LEGAL CORNER: Offensive tweets: sufficient to dismiss?

27th Feb 2015

The Employment Appeal Tribunal recently adjudicated upon the first appeal to be heard about a dismissal relating to the use of Twitter (Game Retail Ltd v Laws UKEAT 0188/14). Mr Laws had been employed by Game since 1997 as a risk and loss prevention investigator with responsibility for about 100 of its stores. Game’s stores placed great emphasis on the use of Twitter for marketing and communication. Each store had its own Twitter profile and feed and a large number of customers ‘followed’ their local stores. Mr Laws set up his own personal Twitter account and followed the stores for which he had responsibility in order to monitor their tweets, particularly any inappropriate activity by their employees. Of the 100 stores he followed, about 65 followed him back.

In July 2013 a senior manager at Game was made aware of tweets from Mr Law’s account that were considered to be offensive, threatening and obscene. Mr Laws was suspended and following a disciplinary hearing, he was summarily dismissed for gross misconduct.

Mr Laws brought a claim of unfair dismissal. The tribunal accepted that the material posted by Mr Laws was offensive. However, they found that the decision to dismiss was not a reasonable one because Mr Laws had principally joined Twitter to communicate with acquaintances outside work, and the offensive tweets had been posted in his own time rather than work time. Moreover, there was no evidence that any member of the public had seen the tweets and associated them with Game. The tribunal were also conscious of the fact that Game’s disciplinary policy did not contain a clause that would have made employees aware that offensive or inappropriate use of social media in private time could be construed as gross misconduct. The tribunal therefore found that the decision to dismiss was unfair, although they accepted that Mr Laws was guilty of some misconduct and reduced any compensation awarded to him by 40%.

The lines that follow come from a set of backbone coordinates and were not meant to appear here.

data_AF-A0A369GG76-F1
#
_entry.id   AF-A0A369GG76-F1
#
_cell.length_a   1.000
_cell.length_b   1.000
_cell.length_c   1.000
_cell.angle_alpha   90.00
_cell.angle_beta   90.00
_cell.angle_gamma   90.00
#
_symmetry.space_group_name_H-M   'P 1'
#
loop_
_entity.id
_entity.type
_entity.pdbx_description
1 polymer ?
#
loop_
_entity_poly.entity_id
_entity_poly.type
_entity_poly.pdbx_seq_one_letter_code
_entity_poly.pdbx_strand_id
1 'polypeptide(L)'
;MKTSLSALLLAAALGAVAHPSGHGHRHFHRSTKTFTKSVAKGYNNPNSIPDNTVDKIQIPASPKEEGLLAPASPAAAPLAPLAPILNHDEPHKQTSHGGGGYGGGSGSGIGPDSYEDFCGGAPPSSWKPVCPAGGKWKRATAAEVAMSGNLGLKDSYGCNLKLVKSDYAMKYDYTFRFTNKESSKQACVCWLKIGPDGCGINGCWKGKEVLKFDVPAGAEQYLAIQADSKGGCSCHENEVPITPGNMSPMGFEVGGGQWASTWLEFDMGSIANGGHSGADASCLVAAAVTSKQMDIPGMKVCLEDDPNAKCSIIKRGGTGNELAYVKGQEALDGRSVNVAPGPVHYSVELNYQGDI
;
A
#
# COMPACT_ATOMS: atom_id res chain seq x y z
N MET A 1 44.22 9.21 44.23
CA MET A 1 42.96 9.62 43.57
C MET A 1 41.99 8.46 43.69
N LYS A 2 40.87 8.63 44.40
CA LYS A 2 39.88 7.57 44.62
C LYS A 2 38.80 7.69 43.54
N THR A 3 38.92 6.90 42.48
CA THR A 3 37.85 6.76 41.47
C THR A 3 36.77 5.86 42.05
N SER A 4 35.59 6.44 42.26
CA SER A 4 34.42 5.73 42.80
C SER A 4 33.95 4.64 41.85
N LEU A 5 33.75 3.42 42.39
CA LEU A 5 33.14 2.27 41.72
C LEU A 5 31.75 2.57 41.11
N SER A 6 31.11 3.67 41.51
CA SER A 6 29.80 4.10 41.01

Game appealed to the Employment Appeal Tribunal (EAT). They argued that the tribunal had substituted their own views for that of the employer, rather than considering whether the decision to dismiss was within the ‘range of reasonable responses’ open to an employer in all the circumstances of the case. The EAT found that the tribunal had not properly tested the question whether this was a case where Mr Laws use of Twitter could be considered ‘private’ or not. Although the tweets were posted in his private time and related to private (rather than work) matters, he was followed by a number of stores and possibly by some of the customers of those stores. He had not created a separate account for work related matters (monitoring the stores for whom he had responsibility) and another for private use, nor had he set any restrictions on his account. Moreover, although the tribunal had found that there was no evidence of association with Game, they had not fully considered the effect of Mr Laws following 100 stores and being followed back by 65. There was clearly an issue of the offensive tweets being seen by those 65 stores and any other customers who followed Mr Laws, but this connection between Mr Laws account and his employer was not properly analysed. They had also ignored the fact that it was a Game manager who had been offended by the tweets and reported them to management. Whilst the EAT acknowledged that employees must have the right to express themselves, it found that the right to freedom of expression must not infringe upon their employment and must be “balanced against the employer’s desire to remove or reduce reputational risk from social media communications.”

The EAT therefore decided that the decision of the tribunal could not stand, and the matter had to be reconsidered by a different tribunal in the light of the criticisms made. They noted however that the decision could go either way upon further analysis.

This decision is a reminder that employers need to have clear and robust social media policies in place, which state when disciplinary action may be taken against an employee. It also makes clear that an employer needs to consider how private an employee’s account actually is, the extent to which the tweets might be considered to have infringed other policies, such as those relating to bullying and harassment, and the balance between freedom of expression of the employee and the needs of the employer in protecting its interests.

Safia Tharoo, Barrister, 42 Bedford Row, London

 

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